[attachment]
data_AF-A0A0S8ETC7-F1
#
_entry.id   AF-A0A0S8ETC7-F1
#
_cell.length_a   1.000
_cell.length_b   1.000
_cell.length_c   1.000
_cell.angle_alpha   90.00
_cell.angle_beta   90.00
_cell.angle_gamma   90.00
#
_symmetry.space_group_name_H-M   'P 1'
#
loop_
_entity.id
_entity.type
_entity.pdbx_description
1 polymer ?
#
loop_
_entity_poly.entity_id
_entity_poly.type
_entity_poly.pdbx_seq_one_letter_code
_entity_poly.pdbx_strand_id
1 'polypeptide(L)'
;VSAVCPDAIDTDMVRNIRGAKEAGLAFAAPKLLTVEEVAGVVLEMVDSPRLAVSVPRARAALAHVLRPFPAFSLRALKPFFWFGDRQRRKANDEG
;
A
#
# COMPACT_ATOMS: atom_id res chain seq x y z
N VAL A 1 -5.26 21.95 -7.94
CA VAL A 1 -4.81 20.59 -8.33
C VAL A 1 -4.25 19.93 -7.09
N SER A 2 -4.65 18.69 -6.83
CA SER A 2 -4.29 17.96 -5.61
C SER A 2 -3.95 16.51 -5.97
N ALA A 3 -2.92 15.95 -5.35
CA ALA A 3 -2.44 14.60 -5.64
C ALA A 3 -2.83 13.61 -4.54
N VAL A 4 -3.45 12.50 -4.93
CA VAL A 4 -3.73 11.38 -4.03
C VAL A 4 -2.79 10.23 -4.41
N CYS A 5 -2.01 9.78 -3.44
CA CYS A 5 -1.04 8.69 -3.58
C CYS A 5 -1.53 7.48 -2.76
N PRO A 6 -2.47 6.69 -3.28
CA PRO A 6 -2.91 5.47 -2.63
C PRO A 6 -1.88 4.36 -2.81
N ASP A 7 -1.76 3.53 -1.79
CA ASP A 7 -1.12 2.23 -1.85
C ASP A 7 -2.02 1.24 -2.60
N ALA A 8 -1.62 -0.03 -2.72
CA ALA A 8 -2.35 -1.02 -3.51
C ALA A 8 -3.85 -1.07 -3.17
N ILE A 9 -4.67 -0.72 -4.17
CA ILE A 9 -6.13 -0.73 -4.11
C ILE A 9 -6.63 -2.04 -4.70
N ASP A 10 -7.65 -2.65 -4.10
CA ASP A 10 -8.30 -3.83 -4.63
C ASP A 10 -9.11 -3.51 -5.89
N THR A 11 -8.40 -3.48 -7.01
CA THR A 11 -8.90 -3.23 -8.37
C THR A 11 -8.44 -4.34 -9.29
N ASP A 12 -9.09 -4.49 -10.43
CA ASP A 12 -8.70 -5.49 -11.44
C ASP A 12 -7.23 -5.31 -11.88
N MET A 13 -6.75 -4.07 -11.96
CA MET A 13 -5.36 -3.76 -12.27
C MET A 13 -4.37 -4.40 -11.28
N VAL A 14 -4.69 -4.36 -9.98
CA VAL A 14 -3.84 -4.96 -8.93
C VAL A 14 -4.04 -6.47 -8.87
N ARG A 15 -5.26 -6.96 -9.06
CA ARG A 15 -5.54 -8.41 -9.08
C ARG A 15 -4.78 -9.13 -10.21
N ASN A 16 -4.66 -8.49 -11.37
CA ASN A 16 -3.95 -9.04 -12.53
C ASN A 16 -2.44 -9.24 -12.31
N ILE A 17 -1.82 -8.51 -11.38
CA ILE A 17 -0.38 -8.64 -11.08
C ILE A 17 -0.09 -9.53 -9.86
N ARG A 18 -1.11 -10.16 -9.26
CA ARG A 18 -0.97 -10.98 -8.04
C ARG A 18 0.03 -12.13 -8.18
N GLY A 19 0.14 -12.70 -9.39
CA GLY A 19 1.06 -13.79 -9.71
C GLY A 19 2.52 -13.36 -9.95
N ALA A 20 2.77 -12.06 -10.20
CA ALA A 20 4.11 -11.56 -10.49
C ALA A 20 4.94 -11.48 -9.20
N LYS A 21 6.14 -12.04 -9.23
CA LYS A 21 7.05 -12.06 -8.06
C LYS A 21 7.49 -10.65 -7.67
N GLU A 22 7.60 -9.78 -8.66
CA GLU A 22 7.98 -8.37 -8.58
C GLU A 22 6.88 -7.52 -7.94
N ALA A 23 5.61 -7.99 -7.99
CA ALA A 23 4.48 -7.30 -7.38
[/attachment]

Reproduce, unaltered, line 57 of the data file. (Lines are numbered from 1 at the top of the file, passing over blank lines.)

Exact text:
C ILE A 9 -6.63 -2.04 -4.70